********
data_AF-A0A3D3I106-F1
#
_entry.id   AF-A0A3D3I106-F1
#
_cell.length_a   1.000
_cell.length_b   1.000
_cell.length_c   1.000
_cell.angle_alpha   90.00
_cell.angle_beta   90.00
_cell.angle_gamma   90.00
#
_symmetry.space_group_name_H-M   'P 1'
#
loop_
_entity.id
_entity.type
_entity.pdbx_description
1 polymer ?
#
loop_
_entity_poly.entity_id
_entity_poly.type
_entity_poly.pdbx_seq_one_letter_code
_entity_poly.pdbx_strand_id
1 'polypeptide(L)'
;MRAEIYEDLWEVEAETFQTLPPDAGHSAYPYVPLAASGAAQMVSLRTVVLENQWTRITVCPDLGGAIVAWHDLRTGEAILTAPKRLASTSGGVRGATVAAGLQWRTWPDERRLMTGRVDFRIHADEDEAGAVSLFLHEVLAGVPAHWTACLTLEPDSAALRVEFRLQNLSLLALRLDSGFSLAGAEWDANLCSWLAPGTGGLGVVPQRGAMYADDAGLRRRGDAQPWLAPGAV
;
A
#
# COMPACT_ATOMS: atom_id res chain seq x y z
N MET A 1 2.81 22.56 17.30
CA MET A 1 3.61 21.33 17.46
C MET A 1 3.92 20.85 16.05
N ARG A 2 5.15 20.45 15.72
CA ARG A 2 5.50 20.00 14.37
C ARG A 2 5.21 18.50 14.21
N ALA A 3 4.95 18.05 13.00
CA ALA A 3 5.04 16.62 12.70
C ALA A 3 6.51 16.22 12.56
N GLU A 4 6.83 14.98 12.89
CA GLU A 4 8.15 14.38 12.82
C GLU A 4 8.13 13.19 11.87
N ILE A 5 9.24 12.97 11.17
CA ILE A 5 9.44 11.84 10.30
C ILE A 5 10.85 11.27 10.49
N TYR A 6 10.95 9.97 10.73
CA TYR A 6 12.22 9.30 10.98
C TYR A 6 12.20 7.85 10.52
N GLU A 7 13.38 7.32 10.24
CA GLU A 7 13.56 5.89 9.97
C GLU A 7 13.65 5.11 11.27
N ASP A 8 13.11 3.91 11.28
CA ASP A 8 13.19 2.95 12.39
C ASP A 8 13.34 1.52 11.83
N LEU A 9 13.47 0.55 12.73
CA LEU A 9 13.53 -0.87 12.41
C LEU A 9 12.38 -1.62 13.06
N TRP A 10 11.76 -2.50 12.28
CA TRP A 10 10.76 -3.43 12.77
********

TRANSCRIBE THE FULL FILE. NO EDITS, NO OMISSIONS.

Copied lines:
data_AF-A0A3D3I106-F1
#
_entry.id   AF-A0A3D3I106-F1
#
_cell.length_a   1.000
_cell.length_b   1.000
_cell.length_c   1.000
_cell.angle_alpha   90.00
_cell.angle_beta   90.00
_cell.angle_gamma   90.00
#
_symmetry.space_group_name_H-M   'P 1'
#
loop_
_entity.id
_entity.type
_entity.pdbx_description
1 polymer ?
#
loop_
_entity_poly.entity_id
_entity_poly.type
_entity_poly.pdbx_seq_one_letter_code
_entity_poly.pdbx_strand_id
1 'polypeptide(L)'
;MRAEIYEDLWEVEAETFQTLPPDAGHSAYPYVPLAASGAAQMVSLRTVVLENQWTRITVCPDLGGAIVAWHDLRTGEAILTAPKRLASTSGGVRGATVAAGLQWRTWPDERRLMTGRVDFRIHADEDEAGAVSLFLHEVLAGVPAHWTACLTLEPDSAALRVEFRLQNLSLLALRLDSGFSLAGAEWDANLCSWLAPGTGGLGVVPQRGAMYADDAGLRRRGDAQPWLAPGAV
;
A
#
# COMPACT_ATOMS: atom_id res chain seq x y z
N MET A 1 2.81 22.56 17.30
CA MET A 1 3.61 21.33 17.46
C MET A 1 3.92 20.85 16.05
N ARG A 2 5.15 20.45 15.72
CA ARG A 2 5.50 20.00 14.37
C ARG A 2 5.21 18.50 14.21
N ALA A 3 4.95 18.05 13.00
CA ALA A 3 5.04 16.62 12.70
C ALA A 3 6.51 16.22 12.56
N GLU A 4 6.83 14.98 12.89
CA GLU A 4 8.15 14.38 12.82
C GLU A 4 8.13 13.19 11.87
N ILE A 5 9.24 12.97 11.17
CA ILE A 5 9.44 11.84 10.30
C ILE A 5 10.85 11.27 10.49
N TYR A 6 10.95 9.97 10.73
CA TYR A 6 12.22 9.30 10.98
C TYR A 6 12.20 7.85 10.52
N GLU A 7 13.38 7.32 10.24
CA GLU A 7 13.56 5.89 9.97
C GLU A 7 13.65 5.11 11.27
N ASP A 8 13.11 3.91 11.28
CA ASP A 8 13.19 2.95 12.39
C ASP A 8 13.34 1.52 11.83
N LEU A 9 13.47 0.55 12.73
CA LEU A 9 13.53 -0.87 12.41
C LEU A 9 12.38 -1.62 13.06
N TRP A 10 11.76 -2.50 12.28
CA TRP A 10 10.76 -3.43 12.77